Columbia Accused of Retirement Boondoggle

     MANHATTAN (CN) – Columbia University is turning what should have been the golden period of its employees lives into “a retirement nightmare,” one woman claims in a federal class action, mirroring recent complaints against other prominent schools.
     Filing suit anonymously Tuesday, Jane Doe hopes to represent the 27,000 current and former participants in the two plans Columbia offers: a retirement plan for university officers and the Columbia University Voluntary Retirement Savings Plan.
     With billions of dollars of assets at stake, Columbia should “have tremendous bargaining power to demand low-cost administrative and investment management services,” according to the complaint.
     But Doe, a participant in the plans since 2014, says Columbia fumbled the play.
     “Instead of leveraging the bargaining power of both plans, Columbia University caused the plans to pay unreasonable and greatly excessive fees for recordkeeping, administrative, and investment services,” the complaint states.
     “Instead of using its sophistication to identify and select high-quality investments that benefited participants and beneficiaries, Columbia University selected and retained expensive and poor-performing investment options that consistently and historically underperformed their benchmarks and similar funds.
     This from a school that “counts 13 students and teachers who have won the Nobel Prize in Economics,” Doe says.
     Doe notes that she is one of thousands of Columbia University employees who invest hundreds of millions of dollars in the plans every year, expecting that “the world-renowned institution had constructed a stellar retirement portfolio that offered superior investment options and world-class investment management.”
     “Instead, Columbia University saddled each of their 27,000 participants with an overall sub-standard plan, loaded with $4.6 billion of investment options that were primarily poor to mediocre performers,” the complaint states.
     Doe says the result is that participants like her have suffered “hundreds of millions of dollars of staggering losses to retirement savings.”
     The complaint echoes federal class actions filed across the country last week against the Massachusetts Institute of Technology, Yale University and New York University.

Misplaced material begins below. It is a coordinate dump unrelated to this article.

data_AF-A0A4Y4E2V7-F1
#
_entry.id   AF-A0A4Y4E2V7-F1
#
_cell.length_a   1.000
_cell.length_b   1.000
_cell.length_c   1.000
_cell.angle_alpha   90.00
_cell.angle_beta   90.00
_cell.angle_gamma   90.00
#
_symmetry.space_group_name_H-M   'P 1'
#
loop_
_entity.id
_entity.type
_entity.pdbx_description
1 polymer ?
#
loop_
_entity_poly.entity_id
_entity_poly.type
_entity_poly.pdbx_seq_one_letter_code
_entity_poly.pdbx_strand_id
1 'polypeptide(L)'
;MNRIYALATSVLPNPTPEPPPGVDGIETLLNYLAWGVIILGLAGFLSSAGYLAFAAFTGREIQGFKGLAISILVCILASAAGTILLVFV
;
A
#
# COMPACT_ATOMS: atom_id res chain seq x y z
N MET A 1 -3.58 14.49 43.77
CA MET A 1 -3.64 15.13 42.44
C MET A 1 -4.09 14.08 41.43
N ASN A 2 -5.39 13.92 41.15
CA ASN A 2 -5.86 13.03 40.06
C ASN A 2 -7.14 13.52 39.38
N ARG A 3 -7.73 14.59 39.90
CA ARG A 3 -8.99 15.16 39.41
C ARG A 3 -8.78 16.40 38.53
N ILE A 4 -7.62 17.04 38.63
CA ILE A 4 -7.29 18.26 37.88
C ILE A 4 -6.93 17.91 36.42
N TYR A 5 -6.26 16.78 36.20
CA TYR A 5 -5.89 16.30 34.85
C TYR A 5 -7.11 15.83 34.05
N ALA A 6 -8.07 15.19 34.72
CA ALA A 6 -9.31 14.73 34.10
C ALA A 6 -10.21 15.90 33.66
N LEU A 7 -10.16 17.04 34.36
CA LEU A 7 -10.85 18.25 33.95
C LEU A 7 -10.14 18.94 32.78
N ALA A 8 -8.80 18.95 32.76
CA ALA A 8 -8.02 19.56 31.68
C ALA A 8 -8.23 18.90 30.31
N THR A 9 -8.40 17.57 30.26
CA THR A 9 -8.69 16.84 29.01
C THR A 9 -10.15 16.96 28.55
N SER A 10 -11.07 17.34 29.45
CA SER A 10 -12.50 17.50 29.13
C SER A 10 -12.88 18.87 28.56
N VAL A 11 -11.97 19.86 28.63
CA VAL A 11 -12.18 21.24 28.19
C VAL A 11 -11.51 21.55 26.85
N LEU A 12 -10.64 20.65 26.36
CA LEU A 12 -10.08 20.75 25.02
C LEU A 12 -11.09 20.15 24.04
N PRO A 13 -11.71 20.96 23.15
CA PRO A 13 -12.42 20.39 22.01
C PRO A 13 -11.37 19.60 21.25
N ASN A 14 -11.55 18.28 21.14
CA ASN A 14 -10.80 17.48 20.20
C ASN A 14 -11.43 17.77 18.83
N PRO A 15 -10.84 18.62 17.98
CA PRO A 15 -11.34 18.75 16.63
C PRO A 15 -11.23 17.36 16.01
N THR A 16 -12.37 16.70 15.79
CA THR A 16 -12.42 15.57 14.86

Columbia declined to comment on pending litigation but offered a defense of its retirement plans anyway.
     “Columbia is proud of the retirement benefits offered to its faculty and staff and takes its responsibility as a fiduciary seriously,” the Morningside Heights school said in a statement.
     The class suing Columbia seeks $100 million in damages, alleging violations of the Employee Retirement Income Security Act.
     Doe rakes Columbia over the coals in particular for its investment of nearly $1 billion in plan assets in TIAA-CREF Stock Account R3, an asset she says “ranked in the bottom quartile for the past 3, 5, and 10 years for like investments according to Morningstar.”
     “The TIAA-CREF Stock Account was so imprudent that in 2012 AonHewitt, a solutions expert in pension plan administration, recommended to its clients that they remove this fund from their retirement plans,” the complaint continues.
     Class counsel David Sanford, of the Washington, D.C., firm Sanford Heisler, noted in a statement that “Columbia was on notice that TIAA-CREF was a deficient investment.”
     “It wasn’t merely that TIAA-CREF performed poorly in a single year or two,” Sanford said. “In fact, the TIAA-CREF Stock Account has been poor for many years compared to both available lower-cost index funds and the index benchmark.”
     Citing Morningstar data, the lawsuit says the TIAA-CREF Stock Account underperformed by approximately 19 percent.
     On a $1 billion investment, such underperformance amounts to almost $200 million dollars in losses to retirement savings.
     Doe says Columbia’s two plans earned constitute “jumbo plans” because strong enrollment puts them among the top 1 percent of all defined contribution plans in the United States.
     “For a leading university that touts its business skill and acumen, the more than 27,000 current and former Columbia University employees who participated in the Plans deserved better,” the complaint states.
     Similar lawsuits are cropping up across the country. To date, the list of defendants includes the University of Southern California, Cornell University, Northwestern University, Johns Hopkins University, Emory University, the University of Pennsylvania, Vanderbilt University and Fordham University.

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